Cuban Protests

    0
    182

    In News

    Recently, thousands of Cubans have joined street protests from Havana to Santiago in the biggest anti-government demonstrations in decades.

    Major Highlights

    • Background
      • The protests erupted amid Cuba’s worst economic crisis since the fall of the Soviet Union, its former ally, and a record surge in Covid-19 infections, with people voicing anger over shortages of basic goods, curbs on civil liberties and the authorities’ handling of the pandemic.
    • Reasons Behind Falling Economy
      • Cuba’s economy is struggling as Tourism, one of the most important sectors, has been devastated by the restrictions on travel during the Covid-19 pandemic.
      • Sugar, which is mostly exported, is another key earner for Cuba. However, 2021’s harvest has been much worse than expected.
        • The shortfall was to blame on a number of factors, including a lack of fuel and the breakdown of machinery which made bringing in the harvest difficult, as well as natural factors such as humidity in the fields.
      • Consequently, the government’s reserves of foreign currency are depleted, meaning it cannot buy imported goods to supplement shortages.
    • President Miguel Diaz-Canel, who also heads the Communist Party as well, blamed the unrest on the USA, an old Cold War foe.
      • In recent years, the US has tightened its trade embargo on Cuba.
        • He called its tight sanctions on Cuba – which have been in place in various forms since 1962 – a “policy of economic suffocation”.
      • Allegedly, it is also manipulating social media campaigns and is sending “mercenaries” on the ground to provoke protests.
    • Thousands of protestors have gathered in downtown Havana and along parts of the seaside drive, chanting “Fidel” and are demanding the stepping down of Diaz-Canel.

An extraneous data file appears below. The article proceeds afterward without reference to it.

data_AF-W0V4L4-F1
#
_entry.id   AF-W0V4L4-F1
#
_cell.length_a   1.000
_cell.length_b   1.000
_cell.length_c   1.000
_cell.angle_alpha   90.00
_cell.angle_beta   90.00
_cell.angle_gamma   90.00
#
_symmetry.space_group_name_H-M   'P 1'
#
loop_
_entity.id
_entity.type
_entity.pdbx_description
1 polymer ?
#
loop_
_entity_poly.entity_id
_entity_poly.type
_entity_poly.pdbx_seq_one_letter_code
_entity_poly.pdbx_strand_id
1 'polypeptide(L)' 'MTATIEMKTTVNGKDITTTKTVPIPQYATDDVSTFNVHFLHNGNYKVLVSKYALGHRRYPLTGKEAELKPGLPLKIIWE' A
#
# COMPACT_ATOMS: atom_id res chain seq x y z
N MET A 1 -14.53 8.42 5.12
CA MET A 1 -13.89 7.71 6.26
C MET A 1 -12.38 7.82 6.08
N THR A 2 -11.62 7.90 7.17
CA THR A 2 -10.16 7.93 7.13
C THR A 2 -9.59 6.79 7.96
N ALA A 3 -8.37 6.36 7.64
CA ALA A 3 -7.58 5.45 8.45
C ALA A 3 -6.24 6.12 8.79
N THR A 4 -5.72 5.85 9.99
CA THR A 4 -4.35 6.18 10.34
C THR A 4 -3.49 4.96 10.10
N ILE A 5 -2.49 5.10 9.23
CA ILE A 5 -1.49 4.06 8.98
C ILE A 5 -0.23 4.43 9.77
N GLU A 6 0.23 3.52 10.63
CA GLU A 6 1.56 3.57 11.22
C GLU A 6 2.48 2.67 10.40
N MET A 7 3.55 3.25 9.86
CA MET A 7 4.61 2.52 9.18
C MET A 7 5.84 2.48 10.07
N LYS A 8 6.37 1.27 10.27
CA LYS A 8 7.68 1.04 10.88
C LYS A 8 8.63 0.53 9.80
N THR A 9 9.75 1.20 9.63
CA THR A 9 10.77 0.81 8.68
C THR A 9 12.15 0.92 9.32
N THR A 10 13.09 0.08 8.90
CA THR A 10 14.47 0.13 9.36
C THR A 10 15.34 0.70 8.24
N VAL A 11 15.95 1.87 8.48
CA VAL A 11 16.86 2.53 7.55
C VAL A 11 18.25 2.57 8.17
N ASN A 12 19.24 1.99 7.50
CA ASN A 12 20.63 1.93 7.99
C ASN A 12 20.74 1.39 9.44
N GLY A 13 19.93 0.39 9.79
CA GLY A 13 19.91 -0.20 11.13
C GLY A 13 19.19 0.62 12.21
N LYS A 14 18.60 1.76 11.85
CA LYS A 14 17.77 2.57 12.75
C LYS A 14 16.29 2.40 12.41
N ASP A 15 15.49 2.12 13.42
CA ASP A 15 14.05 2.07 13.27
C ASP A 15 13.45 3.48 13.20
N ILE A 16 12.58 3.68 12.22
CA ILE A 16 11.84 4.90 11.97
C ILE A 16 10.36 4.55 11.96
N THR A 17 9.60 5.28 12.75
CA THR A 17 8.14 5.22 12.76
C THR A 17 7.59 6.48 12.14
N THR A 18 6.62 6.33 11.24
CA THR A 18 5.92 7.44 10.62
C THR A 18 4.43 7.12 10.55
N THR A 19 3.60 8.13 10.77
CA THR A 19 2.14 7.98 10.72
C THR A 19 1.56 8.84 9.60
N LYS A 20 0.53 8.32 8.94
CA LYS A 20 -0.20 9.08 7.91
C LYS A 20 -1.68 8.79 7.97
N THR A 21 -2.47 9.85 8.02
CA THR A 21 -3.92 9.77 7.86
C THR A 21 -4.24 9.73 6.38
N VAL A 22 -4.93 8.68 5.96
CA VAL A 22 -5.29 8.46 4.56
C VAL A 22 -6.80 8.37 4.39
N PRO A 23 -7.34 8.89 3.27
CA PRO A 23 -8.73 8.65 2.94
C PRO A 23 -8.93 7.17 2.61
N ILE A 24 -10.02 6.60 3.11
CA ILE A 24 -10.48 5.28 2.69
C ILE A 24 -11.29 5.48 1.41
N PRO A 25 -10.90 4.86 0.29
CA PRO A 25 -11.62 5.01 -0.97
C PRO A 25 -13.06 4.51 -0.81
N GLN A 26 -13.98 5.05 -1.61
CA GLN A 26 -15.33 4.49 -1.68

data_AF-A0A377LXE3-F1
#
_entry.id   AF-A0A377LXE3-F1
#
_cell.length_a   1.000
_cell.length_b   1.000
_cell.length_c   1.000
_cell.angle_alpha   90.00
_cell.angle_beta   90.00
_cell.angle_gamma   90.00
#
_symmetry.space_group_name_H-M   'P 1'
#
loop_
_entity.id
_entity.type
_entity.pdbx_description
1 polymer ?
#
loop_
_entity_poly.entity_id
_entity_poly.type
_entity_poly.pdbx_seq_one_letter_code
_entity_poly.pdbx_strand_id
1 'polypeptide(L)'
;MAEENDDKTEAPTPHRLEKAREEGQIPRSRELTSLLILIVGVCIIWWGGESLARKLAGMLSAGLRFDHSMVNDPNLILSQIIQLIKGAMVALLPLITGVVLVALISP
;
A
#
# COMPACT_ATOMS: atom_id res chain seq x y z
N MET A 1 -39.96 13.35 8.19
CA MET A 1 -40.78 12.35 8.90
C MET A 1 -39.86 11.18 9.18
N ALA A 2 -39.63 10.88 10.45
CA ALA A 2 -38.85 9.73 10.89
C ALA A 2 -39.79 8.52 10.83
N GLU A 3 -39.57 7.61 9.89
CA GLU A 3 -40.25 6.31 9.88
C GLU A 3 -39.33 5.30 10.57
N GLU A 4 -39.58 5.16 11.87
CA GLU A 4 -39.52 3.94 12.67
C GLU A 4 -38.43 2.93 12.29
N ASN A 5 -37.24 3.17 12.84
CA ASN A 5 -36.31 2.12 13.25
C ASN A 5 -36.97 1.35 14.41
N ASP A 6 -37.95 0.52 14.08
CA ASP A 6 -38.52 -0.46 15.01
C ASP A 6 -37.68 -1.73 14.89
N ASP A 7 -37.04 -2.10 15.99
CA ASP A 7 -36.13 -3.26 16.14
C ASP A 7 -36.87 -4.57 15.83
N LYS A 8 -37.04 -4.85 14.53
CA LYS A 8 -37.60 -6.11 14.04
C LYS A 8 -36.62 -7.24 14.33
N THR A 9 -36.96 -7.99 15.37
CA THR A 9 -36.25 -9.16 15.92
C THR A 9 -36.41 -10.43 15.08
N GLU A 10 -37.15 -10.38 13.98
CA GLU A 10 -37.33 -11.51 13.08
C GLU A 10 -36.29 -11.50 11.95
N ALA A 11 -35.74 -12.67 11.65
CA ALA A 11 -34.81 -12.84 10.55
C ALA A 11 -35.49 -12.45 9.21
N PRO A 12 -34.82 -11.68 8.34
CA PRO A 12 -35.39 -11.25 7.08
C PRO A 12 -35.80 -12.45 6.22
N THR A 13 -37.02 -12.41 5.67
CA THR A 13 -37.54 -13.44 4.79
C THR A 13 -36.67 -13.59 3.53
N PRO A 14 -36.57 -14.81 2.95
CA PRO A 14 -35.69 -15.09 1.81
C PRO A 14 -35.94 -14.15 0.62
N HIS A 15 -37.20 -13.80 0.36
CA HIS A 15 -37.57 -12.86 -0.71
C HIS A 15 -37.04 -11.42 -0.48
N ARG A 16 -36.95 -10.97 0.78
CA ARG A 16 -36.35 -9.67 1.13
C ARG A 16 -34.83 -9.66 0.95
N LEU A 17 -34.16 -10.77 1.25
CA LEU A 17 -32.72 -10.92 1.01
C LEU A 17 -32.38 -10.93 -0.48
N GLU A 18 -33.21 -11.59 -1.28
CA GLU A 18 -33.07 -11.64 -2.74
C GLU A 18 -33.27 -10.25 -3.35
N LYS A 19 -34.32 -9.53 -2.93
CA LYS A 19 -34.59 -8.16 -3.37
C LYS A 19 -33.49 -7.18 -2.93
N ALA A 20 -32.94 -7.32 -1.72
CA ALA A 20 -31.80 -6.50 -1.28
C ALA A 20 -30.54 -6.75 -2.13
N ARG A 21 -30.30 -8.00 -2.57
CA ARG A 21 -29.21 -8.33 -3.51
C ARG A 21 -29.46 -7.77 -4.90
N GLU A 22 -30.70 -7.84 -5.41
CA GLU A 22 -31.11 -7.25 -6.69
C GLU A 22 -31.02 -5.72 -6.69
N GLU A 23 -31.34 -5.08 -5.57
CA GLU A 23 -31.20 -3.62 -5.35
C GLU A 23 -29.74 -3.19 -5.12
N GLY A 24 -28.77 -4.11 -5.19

• Fidel Alejandro Castro Ruz was a Cuban revolutionary and politician who was the leader of Cuba from 1959 to 2008.
    • USA’s Stand
      • The USA stands with the people of Cuba in their call for freedom, relief from the pandemic and from the decades of repression and economic suffering by the authoritarian Cuban regime.

    Cuban Missile Crisis

    • In April 1961, the leaders of the Union of Soviet Socialist Republics (USSR) were worried that the US would invade communist-ruled Cuba and overthrow Fidel Castro, the President of the small island nation off the coast of the US.
    • Cuba was an ally of the Soviet Union and received both diplomatic and financial aid from it.
    • Nikita Khrushchev, the leader of the Soviet Union, decided to convert Cuba into a Russian base, so he placed nuclear missiles in Cuba in 1962.
    • The installation of these weapons put the US, for the first time, under fire from close range and nearly doubled the number of bases or cities in the American mainland which could be threatened by the USSR.
    • When the US became aware of the nuclear weapons in Cuba, the then US President, John F. Kennedy and his advisers were determined to get the missiles and nuclear weapons removed from Cuba.
      • However, they were reluctant to do anything that might lead to full-scale nuclear war between the two nations.
    • Hence, Kennedy ordered American warships to intercept any Soviet ships heading to Cuba as a way of warning the USSR of his seriousness and this seemingly evident clash came to be known as the Cuban Missile Crisis.
    • The whole world got nervous keeping in mind the intensity of the war however, both sides decided to avoid war and the Soviet ships slowed down and turned back.
    • The Crisis was a high point of the Cold War (1945-1991).
      • Post World War II (1945), the world got divided into two power blocs dominated by two superpowers, the US and Soviet Union.
      • The Cold War referred to the competition, the tensions and a series of confrontations between the US and Soviet Union.
      • It was not simply a matter of power rivalries, of military alliances and of the balance of power. These were accompanied by a real ideological conflict as well, a difference over the best and the most appropriate way of organising political, economic, and social life all over the world.
      • The western alliance, headed by the US, represented the ideology of liberal democracy and capitalism while the eastern alliance, headed by the Soviet Union, was committed to the ideology of socialism and communism.

    (Image Courtesy: History)

    Source: TH